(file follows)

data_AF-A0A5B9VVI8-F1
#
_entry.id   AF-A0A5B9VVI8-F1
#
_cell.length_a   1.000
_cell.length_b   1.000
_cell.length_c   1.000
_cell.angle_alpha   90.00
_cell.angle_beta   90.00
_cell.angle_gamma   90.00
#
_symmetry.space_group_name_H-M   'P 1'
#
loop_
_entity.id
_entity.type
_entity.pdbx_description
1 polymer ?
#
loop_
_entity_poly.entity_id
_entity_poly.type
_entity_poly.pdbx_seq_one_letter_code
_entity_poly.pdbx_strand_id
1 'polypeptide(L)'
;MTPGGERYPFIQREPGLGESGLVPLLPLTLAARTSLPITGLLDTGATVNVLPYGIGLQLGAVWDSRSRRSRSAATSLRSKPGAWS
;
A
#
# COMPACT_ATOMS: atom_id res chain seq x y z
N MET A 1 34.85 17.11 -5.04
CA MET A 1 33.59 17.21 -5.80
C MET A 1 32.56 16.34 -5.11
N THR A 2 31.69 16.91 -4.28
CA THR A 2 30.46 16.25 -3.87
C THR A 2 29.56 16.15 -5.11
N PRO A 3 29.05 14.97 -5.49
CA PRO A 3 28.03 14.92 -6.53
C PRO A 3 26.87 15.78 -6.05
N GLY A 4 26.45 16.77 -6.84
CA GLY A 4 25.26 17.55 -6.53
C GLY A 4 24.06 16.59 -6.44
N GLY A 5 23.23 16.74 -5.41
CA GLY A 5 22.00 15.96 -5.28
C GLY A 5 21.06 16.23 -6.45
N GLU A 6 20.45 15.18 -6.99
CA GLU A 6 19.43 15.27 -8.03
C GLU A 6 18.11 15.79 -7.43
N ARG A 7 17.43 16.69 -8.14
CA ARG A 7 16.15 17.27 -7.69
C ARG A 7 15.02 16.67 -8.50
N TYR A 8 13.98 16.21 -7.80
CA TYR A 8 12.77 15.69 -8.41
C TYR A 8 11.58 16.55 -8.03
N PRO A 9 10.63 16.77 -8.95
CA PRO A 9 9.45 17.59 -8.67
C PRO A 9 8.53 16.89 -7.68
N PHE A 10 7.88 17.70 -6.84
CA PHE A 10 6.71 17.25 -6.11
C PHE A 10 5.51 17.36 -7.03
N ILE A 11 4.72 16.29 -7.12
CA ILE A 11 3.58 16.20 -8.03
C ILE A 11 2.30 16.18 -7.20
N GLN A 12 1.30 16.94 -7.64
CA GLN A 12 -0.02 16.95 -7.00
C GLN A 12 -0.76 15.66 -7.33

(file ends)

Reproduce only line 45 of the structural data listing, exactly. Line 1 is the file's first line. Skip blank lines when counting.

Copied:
C GLY A 5 21.06 16.23 -6.45